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Book Description University of Massachusetts Press, United States, 2011. Paperback. Condition: New. Language: English. Brand new Book. Seeking answers to the question, "Who benefits from homelessness?" this book takes the reader on a sweeping tour of Cleveland's history from the late nineteenth-century through the early twenty-first. Daniel Kerr shows that homelessness has deep roots in the shifting ground of urban labor markets, social policy, downtown development, the criminal justice system, and corporate power. Rather than being attributable to the illnesses and inadequacies of the unhoused themselves, it is a product of both structural and political dynamics shaping the city. Kerr locates the origins of today's shelter system in the era that followed the massive railroad rebellions of 1877. From that period through the Great Depression, business and political leaders sought to transform downtown Cleveland to their own advantage. As they focused on bringing business travelers and tourists to the city and beckoned upper-income residents to return to its center, they demolished two downtown working-class neighborhoods and institutionalized a shelter system to contain and control the unhoused and unemployed. The precedents from this period informed the strategies of the post--World War II urban renewal era as the "new urbanism" of the late twentieth century. The efforts of the city's elites have not gone uncontested. Kerr documents a rich history of opposition by people at the margins of whose organized resistance and everyday survival strategies have undermined the grand plans crafted by the powerful and transformed the institutions designed to constrain the lives of the homeless. Seller Inventory # BTE9781558498495

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Book Description University of Massachusetts Press, United States, 2011. Paperback. Condition: New. Language: English. Brand new Book. Seeking answers to the question, "Who benefits from homelessness?" this book takes the reader on a sweeping tour of Cleveland's history from the late nineteenth-century through the early twenty-first. Daniel Kerr shows that homelessness has deep roots in the shifting ground of urban labor markets, social policy, downtown development, the criminal justice system, and corporate power. Rather than being attributable to the illnesses and inadequacies of the unhoused themselves, it is a product of both structural and political dynamics shaping the city. Kerr locates the origins of today's shelter system in the era that followed the massive railroad rebellions of 1877. From that period through the Great Depression, business and political leaders sought to transform downtown Cleveland to their own advantage. As they focused on bringing business travelers and tourists to the city and beckoned upper-income residents to return to its center, they demolished two downtown working-class neighborhoods and institutionalized a shelter system to contain and control the unhoused and unemployed. The precedents from this period informed the strategies of the post--World War II urban renewal era as the "new urbanism" of the late twentieth century. The efforts of the city's elites have not gone uncontested. Kerr documents a rich history of opposition by people at the margins of whose organized resistance and everyday survival strategies have undermined the grand plans crafted by the powerful and transformed the institutions designed to constrain the lives of the homeless. Seller Inventory # AAN9781558498495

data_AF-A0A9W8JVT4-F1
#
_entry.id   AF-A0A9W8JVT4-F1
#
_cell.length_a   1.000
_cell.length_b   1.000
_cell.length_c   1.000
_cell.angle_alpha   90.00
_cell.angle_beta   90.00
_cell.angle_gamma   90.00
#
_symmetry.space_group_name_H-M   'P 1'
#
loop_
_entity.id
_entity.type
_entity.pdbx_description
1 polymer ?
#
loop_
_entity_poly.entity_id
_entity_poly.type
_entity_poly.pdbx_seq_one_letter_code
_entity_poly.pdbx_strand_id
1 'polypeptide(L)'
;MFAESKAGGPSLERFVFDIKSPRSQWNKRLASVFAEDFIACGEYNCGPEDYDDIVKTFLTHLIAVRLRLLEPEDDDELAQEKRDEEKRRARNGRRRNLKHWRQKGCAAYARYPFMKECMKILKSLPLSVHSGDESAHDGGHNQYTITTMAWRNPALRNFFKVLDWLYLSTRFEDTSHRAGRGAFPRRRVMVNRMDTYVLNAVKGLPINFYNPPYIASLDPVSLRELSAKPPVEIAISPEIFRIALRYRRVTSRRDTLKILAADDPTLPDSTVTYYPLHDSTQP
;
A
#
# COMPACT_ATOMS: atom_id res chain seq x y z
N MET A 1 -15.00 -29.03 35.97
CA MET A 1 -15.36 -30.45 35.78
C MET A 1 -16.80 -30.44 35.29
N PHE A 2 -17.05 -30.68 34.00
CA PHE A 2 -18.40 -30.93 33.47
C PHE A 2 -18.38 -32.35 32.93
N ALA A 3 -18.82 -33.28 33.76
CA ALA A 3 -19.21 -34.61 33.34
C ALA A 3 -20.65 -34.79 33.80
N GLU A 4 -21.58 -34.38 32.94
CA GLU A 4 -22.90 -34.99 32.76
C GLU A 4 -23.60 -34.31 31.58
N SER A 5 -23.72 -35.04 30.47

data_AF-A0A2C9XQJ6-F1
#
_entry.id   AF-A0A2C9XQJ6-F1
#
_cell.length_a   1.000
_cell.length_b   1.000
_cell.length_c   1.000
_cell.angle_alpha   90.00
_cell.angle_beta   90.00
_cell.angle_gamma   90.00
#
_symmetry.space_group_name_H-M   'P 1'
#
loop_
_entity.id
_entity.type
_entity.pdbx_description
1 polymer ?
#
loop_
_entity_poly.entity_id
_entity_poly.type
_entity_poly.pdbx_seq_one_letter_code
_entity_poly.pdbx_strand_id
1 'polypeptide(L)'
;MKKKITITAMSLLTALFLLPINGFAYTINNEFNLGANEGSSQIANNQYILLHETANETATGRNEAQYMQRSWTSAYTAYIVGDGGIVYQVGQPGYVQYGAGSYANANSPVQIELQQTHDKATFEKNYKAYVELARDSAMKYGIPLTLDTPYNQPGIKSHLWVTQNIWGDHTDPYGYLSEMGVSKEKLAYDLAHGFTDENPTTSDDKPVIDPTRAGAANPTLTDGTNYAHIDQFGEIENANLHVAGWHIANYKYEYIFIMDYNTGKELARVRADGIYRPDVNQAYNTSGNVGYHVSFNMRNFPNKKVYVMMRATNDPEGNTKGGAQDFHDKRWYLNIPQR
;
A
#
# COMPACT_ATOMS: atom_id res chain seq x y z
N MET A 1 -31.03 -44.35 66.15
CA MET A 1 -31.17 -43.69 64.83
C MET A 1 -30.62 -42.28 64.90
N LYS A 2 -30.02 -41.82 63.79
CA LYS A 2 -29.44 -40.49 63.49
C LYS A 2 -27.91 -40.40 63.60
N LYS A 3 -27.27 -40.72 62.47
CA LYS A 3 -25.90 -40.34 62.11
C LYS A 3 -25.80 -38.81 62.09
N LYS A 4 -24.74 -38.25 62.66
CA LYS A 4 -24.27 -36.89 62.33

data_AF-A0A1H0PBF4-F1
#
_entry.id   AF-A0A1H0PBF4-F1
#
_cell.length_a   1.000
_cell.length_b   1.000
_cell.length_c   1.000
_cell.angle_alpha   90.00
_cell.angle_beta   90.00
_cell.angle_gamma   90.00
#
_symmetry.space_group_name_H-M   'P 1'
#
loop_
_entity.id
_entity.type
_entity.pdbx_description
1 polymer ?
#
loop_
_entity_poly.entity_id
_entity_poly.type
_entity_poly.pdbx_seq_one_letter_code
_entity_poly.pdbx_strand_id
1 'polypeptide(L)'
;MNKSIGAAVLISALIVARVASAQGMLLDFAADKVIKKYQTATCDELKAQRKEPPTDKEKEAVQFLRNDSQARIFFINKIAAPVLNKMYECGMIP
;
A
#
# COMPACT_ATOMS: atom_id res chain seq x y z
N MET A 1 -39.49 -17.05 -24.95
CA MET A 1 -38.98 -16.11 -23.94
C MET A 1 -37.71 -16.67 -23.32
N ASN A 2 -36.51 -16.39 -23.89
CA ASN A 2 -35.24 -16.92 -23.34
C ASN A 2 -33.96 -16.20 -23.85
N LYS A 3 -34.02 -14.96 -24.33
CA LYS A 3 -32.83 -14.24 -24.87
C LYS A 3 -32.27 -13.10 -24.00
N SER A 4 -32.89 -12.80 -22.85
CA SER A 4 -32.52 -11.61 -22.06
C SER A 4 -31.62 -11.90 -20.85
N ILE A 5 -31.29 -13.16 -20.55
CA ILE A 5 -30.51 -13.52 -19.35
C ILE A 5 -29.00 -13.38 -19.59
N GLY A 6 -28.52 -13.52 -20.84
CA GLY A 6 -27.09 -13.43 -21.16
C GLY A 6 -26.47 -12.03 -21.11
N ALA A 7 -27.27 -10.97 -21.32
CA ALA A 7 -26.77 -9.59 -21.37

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Book Description University of Massachusetts Press, United States, 2011. Paperback. Condition: New. Language: English . Brand New Book. Seeking answers to the question, Who benefits from homelessness? this book takes the reader on a sweeping tour of Cleveland s history from the late nineteenth-century through the early twenty-first. Daniel Kerr shows that homelessness has deep roots in the shifting ground of urban labor markets, social policy, downtown development, the criminal justice system, and corporate power. Rather than being attributable to the illnesses and inadequacies of the unhoused themselves, it is a product of both structural and political dynamics shaping the city. Kerr locates the origins of today s shelter system in the era that followed the massive railroad rebellions of 1877. From that period through the Great Depression, business and political leaders sought to transform downtown Cleveland to their own advantage. As they focused on bringing business travelers and tourists to the city and beckoned upper-income residents to return to its center, they demolished two downtown working-class neighborhoods and institutionalized a shelter system to contain and control the unhoused and unemployed. The precedents from this period informed the strategies of the post--World War II urban renewal era as the new urbanism of the late twentieth century. The efforts of the city s elites have not gone uncontested. Kerr documents a rich history of opposition by people at the margins of whose organized resistance and everyday survival strategies have undermined the grand plans crafted by the powerful and transformed the institutions designed to constrain the lives of the homeless. Seller Inventory # AAN9781558498495